• Authority – What do legitimate authorities (e.g. experts, law, my religion/god) expect?
  • Rights – What rights, if any, (e.g. innate, legal, social) apply?

Faculty can also use the ERI to evaluate the success of their course implementation. The instrument provides scaffolding for assessment and activity development, as well as examples of each of eight key characteristics of ethical reasoning.

Dr. Bauerle explained that the ERI is being implemented in a variety of STEM courses. Because the ERI is in the beta phase, the research team encourages participants to share any feedback with them regarding its implementation and usefulness. An important reminder was that the ERI is not just a valuable tool for STEM courses–ethical issues that encompass equity are valuable for any course!

If you’d like to keep the ERI discussion going, post a comment on our Faculty Teaching Commons. What are your thoughts about–and experiences with–incorporating one or more of these ethical dimensions? Inquiring minds want to know! As always, if you’d like assistance planning your courses to incorporate elements of the ERI, our CAT staff is ready to help. Make a consultation appointment or email a CAT staff member directly.

The CAT Celebrates 20 Years of Advancing Teaching Excellence!

Cliff Rouder

More than 220 faculty from universities across the region came together with the CAT for the 2023 Annual Faculty Conference on Teaching Excellence co-sponsored by Temple Libraries, the Office of Digital Education, Information Technology Services, and the General Education Program. We were delighted to be back in-person on January 11th and 12th to celebrate the 20-year anniversary of the CAT. The CAT was founded in 2002 as the Teaching and Learning Center (TLC). In 2016, the TLC merged with the Instructional Support Center and was renamed the Center for the Advancement of Teaching. In celebration of the 20-year anniversary, the CAT invited and honored past directors of our center.

This year’s theme was Achieving Rigor Without the Mortis: Keeping High Standards While Rejuvenating Our Students, Ourselves, and Our Communities. Participants grappled with the notion of rigor–its different meanings, how the pandemic may have reshaped our notion of rigor, and how that is being played out in the policies and practices in our courses.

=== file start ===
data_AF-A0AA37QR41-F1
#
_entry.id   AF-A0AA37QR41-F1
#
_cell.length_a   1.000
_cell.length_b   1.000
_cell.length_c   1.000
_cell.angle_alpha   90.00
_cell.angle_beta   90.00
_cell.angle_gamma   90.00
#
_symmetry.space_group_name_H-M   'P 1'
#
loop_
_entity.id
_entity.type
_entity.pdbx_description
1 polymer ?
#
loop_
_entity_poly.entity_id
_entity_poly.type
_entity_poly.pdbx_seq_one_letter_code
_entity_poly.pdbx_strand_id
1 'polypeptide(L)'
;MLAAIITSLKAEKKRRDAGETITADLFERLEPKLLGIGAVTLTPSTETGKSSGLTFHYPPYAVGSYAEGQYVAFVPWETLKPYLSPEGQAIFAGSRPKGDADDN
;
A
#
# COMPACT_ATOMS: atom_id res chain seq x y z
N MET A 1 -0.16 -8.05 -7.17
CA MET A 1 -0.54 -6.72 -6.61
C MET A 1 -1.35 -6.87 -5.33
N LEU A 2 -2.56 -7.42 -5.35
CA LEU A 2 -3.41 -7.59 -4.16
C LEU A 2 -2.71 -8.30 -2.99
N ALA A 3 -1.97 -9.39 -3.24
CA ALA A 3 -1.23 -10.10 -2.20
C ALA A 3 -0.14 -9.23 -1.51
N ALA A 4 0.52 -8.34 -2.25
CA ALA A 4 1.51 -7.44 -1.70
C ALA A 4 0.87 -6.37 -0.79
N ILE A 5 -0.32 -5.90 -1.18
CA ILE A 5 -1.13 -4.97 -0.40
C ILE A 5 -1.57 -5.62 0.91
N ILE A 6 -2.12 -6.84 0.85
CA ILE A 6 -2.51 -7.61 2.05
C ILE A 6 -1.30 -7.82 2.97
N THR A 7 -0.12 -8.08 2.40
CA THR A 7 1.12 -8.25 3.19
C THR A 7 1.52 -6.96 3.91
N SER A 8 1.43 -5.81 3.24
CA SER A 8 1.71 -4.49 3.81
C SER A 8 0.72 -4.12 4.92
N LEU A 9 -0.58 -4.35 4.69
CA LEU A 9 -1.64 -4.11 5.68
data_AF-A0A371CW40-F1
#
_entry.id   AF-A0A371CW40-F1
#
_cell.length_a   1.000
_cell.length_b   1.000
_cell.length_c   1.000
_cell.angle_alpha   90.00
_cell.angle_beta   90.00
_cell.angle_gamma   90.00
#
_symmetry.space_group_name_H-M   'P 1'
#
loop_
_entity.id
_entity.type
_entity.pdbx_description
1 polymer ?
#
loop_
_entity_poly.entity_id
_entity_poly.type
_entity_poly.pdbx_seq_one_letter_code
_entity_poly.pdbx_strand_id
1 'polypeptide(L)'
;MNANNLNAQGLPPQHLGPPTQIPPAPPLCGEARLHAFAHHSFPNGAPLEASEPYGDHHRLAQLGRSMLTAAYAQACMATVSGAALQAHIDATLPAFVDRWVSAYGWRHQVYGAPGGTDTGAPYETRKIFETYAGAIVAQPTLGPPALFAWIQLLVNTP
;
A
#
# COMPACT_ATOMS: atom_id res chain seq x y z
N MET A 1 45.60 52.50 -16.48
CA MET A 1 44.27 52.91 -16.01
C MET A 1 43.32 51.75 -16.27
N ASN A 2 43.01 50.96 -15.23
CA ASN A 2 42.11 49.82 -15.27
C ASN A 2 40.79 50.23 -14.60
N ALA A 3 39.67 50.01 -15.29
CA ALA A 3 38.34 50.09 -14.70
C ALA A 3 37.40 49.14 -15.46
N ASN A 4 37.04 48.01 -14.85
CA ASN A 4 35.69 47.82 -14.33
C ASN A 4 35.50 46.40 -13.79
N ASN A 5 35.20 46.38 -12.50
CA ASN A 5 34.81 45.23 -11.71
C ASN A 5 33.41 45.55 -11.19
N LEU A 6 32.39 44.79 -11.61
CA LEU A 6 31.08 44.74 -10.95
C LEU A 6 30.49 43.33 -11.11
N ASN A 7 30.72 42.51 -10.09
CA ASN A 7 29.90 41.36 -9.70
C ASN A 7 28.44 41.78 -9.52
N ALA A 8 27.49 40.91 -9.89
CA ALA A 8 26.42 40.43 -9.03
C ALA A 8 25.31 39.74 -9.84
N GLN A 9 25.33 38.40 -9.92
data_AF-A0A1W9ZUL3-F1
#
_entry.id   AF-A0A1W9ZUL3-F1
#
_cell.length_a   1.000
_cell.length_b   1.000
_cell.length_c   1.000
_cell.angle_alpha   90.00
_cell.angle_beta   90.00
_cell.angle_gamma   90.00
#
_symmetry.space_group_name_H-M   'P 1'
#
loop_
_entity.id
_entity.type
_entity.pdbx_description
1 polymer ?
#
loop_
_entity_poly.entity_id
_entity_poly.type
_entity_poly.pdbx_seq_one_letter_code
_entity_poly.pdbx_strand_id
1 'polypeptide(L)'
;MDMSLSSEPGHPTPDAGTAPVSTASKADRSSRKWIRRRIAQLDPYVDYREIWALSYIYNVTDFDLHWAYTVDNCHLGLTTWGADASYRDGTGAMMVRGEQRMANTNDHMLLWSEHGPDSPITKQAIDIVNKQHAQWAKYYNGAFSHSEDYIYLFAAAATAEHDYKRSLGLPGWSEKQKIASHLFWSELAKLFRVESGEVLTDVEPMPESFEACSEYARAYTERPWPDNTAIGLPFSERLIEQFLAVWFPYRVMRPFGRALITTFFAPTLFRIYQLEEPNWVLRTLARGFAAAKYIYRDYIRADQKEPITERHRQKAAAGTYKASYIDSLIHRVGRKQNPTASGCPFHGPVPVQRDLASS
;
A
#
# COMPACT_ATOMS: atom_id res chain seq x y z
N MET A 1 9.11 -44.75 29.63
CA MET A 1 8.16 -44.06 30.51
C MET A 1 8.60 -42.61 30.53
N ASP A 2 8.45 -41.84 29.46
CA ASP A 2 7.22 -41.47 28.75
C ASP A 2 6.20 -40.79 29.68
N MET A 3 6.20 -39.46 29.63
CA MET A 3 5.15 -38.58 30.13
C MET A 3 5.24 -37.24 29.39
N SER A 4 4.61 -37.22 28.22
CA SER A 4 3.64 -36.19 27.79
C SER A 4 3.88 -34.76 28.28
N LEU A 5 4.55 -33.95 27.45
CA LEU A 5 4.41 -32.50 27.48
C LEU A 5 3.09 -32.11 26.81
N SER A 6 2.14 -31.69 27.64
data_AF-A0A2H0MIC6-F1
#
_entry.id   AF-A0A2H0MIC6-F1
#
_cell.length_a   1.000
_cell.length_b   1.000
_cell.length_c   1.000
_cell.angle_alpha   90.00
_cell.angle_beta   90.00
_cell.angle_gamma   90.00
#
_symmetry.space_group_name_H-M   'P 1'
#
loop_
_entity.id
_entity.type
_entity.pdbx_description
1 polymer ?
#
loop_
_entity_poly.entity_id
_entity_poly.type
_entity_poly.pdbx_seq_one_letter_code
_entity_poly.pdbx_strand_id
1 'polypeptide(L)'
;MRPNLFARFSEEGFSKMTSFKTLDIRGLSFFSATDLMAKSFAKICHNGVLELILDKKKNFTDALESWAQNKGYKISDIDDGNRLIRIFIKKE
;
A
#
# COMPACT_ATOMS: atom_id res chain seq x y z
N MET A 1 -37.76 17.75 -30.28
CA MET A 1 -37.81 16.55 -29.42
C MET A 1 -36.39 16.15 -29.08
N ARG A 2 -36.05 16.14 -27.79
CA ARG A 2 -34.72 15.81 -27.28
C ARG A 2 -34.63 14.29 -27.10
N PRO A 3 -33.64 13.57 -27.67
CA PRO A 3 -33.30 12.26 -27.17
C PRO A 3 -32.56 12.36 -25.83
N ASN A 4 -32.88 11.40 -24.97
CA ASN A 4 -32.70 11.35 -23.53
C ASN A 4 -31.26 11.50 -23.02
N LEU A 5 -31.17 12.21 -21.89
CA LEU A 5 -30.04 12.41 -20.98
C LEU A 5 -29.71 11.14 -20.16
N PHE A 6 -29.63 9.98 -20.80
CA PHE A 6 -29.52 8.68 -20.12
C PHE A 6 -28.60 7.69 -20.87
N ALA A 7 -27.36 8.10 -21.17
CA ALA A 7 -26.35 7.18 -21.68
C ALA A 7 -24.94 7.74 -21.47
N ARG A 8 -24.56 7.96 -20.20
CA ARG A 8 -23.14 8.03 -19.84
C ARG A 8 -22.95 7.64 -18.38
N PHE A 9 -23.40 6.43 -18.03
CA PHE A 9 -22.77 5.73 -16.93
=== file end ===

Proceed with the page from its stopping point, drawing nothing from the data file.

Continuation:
Keynote and Plenary Address

Marcus Johnson and Derek Bruff

The CAT was honored to have Dr. Marcus Johnson, Professor in the Educational Psychology and Educational Research and Evaluation programs at Virginia Tech, as our keynote speaker and Dr. Derick Bruff, author, consultant and Visiting Associate Director of the Center for Excellence in Teaching and Learning at the University of Mississippi, as our plenary speaker. 

Dr. Johnson’s day one keynote was titled, Motivation and Rejuvenation with Rigor + Care. After defining motivation and its characteristics, he shared common misconceptions about what motivates students. He then discussed three constructs from different theories of motivation that could guide us as we consider ways to spark students’ motivation through our assessments, learning activities, and classroom environment: purpose, mastery, and autonomy. By considering our students’ diverse motivations, experiences, and identities, we can target a variety of motivational strategies that can lead to better outcomes for more of our students. Dr. Johnson concluded by encouraging us to help rejuvenate our students by supporting their well-being, helping them to become better self-directed learners, and by giving them opportunities to be inspired and engaged cognitively, behaviorally, affectively, and socially

Dr. Bruff’s Plenary on day two was titled, Intentional Tech: Reconnecting Our Students to Learning. He discussed three principles and then asked us to generate and consider a variety of technologies to address these principles, which are to 

  • structure ways for students to learn from and with each other to enhance learning for all and for creating a sense of community;
  • incorporate multiple modalities (audio, visual, embodied) for teaching content that can help more learners succeed;
  • connect our students to authentic learning experiences to raise the value of what they’re learning and to help students see themselves in their desired majors and as future professionals in their field of interest.

He reminded us to base our choice of technologies on whether they help students meet the learning goals for the course. 

Building on the Keynote and Plenary Sessions